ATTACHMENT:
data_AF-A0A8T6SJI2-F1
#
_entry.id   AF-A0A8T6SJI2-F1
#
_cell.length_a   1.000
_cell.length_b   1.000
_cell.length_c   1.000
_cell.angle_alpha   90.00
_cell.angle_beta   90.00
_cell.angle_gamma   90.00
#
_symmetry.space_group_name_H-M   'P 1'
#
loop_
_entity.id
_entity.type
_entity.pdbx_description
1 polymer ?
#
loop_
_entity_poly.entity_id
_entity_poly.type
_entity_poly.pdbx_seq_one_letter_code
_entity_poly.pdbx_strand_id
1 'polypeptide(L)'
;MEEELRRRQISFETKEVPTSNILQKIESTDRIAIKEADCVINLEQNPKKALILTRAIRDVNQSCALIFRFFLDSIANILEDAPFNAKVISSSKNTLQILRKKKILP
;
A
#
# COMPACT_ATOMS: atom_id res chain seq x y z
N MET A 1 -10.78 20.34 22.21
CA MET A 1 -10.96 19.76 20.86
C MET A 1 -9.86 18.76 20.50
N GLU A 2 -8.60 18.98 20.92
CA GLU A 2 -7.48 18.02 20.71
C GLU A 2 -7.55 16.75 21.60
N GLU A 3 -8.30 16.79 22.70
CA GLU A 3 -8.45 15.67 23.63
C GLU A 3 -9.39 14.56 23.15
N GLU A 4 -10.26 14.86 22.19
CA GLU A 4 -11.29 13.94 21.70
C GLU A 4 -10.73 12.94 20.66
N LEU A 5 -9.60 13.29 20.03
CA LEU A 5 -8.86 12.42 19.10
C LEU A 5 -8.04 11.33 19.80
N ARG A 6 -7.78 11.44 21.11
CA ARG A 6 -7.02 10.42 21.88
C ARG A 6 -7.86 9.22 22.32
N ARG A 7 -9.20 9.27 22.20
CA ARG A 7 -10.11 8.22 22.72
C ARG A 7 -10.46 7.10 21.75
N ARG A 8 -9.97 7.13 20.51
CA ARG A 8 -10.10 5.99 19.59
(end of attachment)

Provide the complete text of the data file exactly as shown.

data_AF-A0A8T6SJI2-F1
#
_entry.id   AF-A0A8T6SJI2-F1
#
_cell.length_a   1.000
_cell.length_b   1.000
_cell.length_c   1.000
_cell.angle_alpha   90.00
_cell.angle_beta   90.00
_cell.angle_gamma   90.00
#
_symmetry.space_group_name_H-M   'P 1'
#
loop_
_entity.id
_entity.type
_entity.pdbx_description
1 polymer ?
#
loop_
_entity_poly.entity_id
_entity_poly.type
_entity_poly.pdbx_seq_one_letter_code
_entity_poly.pdbx_strand_id
1 'polypeptide(L)'
;MEEELRRRQISFETKEVPTSNILQKIESTDRIAIKEADCVINLEQNPKKALILTRAIRDVNQSCALIFRFFLDSIANILEDAPFNAKVISSSKNTLQILRKKKILP
;
A
#
# COMPACT_ATOMS: atom_id res chain seq x y z
N MET A 1 -10.78 20.34 22.21
CA MET A 1 -10.96 19.76 20.86
C MET A 1 -9.86 18.76 20.50
N GLU A 2 -8.60 18.98 20.92
CA GLU A 2 -7.48 18.02 20.71
C GLU A 2 -7.55 16.75 21.60
N GLU A 3 -8.30 16.79 22.70
CA GLU A 3 -8.45 15.67 23.63
C GLU A 3 -9.39 14.56 23.15
N GLU A 4 -10.26 14.86 22.19
CA GLU A 4 -11.29 13.94 21.70
C GLU A 4 -10.73 12.94 20.66
N LEU A 5 -9.60 13.29 20.03
CA LEU A 5 -8.86 12.42 19.10
C LEU A 5 -8.04 11.33 19.80
N ARG A 6 -7.78 11.44 21.11
CA ARG A 6 -7.02 10.42 21.88
C ARG A 6 -7.86 9.22 22.32
N ARG A 7 -9.20 9.27 22.20
CA ARG A 7 -10.11 8.22 22.72
C ARG A 7 -10.46 7.10 21.75
N ARG A 8 -9.97 7.13 20.51
CA ARG A 8 -10.10 5.99 19.59